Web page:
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Less fear over Chinese yuan amid more policy transparency

(Xinhua) Updated: 2016-06-02 09:56

BEIJING - The Chinese yuan was again thrust into the spotlight over the past few days as it hit a five-year low against the US dollar. But a sharp depreciation of the currency is less feared this time.

The yuan's central parity rate against the dollar weakened by 1,225 basis points in May, the largest monthly decline since August 2015, when a change in the exchange rate mechanism by the central bank triggered a volatile adjustment.

On Wednesday, the yuan continued to soften, with its central parity rate slipping to 6.5889 against the dollar, the weakest since 2011.

The latest depreciation of the yuan was a result of increased anticipation for an imminent interest rate hike in the United States, which could lead to a stronger dollar.

Compared with previous rounds of downward adjustments, there were fewer concerns over a sharp yuan devaluation this time, market insiders and analysts said, citing a more transparent exchange rate mechanism.

The currency took a blow in the third quarter of 2015 and early in 2016 due to speculation over the authorities' intention to devalue the yuan, and market jitters about an ailing Chinese economy.

However, the yuan's movements have been largely rule-based since mid-February and market expectations have been better anchored, according to a research report by investment bank China International Capital Corp (CICC).

The central bank has improved communication with the market and explained how the new exchange rate mechanism works, said Zhang Zhiqing, a forex manager at China Merchants Bank.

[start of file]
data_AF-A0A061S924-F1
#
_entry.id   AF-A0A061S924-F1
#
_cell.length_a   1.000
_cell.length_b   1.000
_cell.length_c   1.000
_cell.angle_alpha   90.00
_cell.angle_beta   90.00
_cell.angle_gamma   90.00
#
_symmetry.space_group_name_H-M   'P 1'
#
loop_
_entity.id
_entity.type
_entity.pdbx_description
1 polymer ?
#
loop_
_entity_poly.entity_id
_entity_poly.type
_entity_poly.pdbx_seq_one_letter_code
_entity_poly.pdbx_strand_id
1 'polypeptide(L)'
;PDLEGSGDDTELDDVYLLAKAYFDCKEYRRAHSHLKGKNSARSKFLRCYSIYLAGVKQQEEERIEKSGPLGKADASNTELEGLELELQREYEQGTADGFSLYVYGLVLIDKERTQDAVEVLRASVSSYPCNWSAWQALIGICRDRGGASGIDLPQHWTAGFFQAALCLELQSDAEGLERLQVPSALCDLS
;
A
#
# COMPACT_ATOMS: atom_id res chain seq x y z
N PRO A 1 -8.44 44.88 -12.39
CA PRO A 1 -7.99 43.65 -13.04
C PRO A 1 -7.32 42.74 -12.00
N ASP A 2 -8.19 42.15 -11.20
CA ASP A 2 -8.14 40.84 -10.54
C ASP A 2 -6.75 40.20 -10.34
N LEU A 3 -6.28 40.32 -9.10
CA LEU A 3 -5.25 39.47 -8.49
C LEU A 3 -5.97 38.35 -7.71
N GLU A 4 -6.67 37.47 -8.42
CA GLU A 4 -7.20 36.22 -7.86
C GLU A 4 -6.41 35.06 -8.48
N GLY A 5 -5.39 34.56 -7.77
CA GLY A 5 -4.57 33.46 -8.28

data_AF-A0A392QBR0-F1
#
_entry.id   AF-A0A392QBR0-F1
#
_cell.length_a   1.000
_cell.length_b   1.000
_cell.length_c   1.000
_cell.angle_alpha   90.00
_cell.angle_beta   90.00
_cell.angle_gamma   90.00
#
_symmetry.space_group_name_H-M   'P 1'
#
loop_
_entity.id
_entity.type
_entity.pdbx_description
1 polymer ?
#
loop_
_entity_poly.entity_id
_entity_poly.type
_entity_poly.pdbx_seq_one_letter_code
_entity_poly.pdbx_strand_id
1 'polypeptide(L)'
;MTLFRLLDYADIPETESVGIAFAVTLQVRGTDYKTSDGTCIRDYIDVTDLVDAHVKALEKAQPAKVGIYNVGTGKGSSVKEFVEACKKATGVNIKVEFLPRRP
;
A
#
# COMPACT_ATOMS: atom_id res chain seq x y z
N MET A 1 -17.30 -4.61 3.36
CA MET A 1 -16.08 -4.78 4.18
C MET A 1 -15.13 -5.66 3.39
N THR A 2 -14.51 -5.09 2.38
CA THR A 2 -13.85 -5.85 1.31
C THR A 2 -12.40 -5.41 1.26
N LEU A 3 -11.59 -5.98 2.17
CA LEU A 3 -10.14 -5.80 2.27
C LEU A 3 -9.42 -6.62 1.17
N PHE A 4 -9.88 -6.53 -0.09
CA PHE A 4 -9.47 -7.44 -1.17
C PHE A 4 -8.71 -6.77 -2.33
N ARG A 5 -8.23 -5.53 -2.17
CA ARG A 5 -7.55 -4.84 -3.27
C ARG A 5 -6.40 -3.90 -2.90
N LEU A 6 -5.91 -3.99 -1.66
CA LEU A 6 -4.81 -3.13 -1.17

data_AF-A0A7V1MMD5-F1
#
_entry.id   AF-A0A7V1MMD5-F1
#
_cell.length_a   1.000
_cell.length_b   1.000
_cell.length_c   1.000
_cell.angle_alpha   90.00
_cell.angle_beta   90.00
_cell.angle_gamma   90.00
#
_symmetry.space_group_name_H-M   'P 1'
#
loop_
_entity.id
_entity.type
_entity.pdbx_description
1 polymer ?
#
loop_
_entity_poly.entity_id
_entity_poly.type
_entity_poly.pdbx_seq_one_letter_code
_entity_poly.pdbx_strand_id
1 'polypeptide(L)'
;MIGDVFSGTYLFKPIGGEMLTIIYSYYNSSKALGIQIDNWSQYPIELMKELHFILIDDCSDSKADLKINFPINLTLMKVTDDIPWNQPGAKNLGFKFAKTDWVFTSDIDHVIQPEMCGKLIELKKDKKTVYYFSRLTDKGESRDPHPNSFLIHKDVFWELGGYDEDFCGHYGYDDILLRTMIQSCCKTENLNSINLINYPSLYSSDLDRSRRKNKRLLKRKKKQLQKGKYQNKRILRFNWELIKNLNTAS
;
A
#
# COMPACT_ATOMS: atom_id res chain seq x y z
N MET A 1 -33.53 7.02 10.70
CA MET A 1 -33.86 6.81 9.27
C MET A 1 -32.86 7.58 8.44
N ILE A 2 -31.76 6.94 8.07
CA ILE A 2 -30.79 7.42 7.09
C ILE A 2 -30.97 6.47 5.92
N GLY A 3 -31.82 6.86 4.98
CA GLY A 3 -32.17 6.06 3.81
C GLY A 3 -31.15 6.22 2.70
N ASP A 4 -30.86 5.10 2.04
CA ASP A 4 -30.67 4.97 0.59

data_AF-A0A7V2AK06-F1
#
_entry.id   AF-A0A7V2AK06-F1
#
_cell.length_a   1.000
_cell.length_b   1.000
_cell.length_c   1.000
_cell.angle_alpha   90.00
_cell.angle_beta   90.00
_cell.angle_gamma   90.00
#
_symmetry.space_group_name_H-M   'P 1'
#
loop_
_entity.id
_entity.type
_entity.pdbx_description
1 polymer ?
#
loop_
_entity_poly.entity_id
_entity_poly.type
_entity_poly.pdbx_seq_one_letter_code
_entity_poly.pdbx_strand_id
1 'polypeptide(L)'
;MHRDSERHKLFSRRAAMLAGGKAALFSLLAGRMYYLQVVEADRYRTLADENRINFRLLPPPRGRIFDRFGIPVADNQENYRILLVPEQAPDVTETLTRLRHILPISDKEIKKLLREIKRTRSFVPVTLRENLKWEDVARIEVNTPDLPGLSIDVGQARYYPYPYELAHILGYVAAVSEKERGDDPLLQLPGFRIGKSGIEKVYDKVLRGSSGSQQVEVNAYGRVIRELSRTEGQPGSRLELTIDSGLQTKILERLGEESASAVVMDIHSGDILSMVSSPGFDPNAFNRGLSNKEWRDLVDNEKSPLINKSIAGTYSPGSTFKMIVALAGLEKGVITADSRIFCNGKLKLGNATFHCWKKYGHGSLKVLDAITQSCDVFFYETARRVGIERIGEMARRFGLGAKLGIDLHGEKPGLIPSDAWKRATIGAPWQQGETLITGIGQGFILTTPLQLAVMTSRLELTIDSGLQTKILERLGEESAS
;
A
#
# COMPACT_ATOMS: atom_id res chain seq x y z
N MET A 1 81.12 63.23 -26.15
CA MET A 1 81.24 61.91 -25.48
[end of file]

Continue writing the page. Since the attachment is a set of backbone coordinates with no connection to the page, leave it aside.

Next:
Compared with before the overhaul last August, the current mechanism is more market-based, setting the yuan's value with more reference to a basket of currencies instead of the dollar alone.

Under this framework, if the dollar strengthens against other foreign currencies, the yuan will inevitably be weaker against the dollar, Zhang said.

This more predictable mechanism has reduced market uncertainty about China's forex policy and lessened concerns over a sharp "one-off" depreciation of the yuan, said Joey Chew, Asian forex strategist at HSBC.

Onshore forex markets and other emerging market currencies are behaving fairly calmly, Chew observed.

Despite its weakening against the dollar, the yuan remains stable against a basket of currencies.

The yuan exchange rate composite index strengthened by 0.03 percent at the end of May from a month earlier, according to financial services provider China Foreign Exchange Trade System. The index measures the yuan's value relative to 13 currencies including the US dollar, euro and Japanese yen.

Moreover, there is little possibility of China scrapping the market-oriented mechanism and directing a sharp devaluation of the yuan in the future, the CICC report noted.

As the world's largest trading nation, China has limited room to stimulate exports through currency depreciation, while exchange rate volatility is a major source of uncertainty to its financial markers, the CICC said.

Looking forward, analysts said market forces provide little ground for a sharp depreciation of the yuan against the dollar, citing the limited upside for the dollar and the resilience of the Chinese economy.

A stronger dollar will tighten financial conditions in the United States and affect its employment and inflation, which may constrain the rate hikes by the Federal Reserve, according to the CICC report.

Meanwhile, China's economic growth remains faster than most of other major economies with its trade surplus still high, which will support the yuan's value, said Shen Jianguang, chief economist of Mizuho Securities.

"The yuan may exhibit more two-way fluctuations in the second and third quarters, but a large one-off devaluation is unlikely," the CICC report said.

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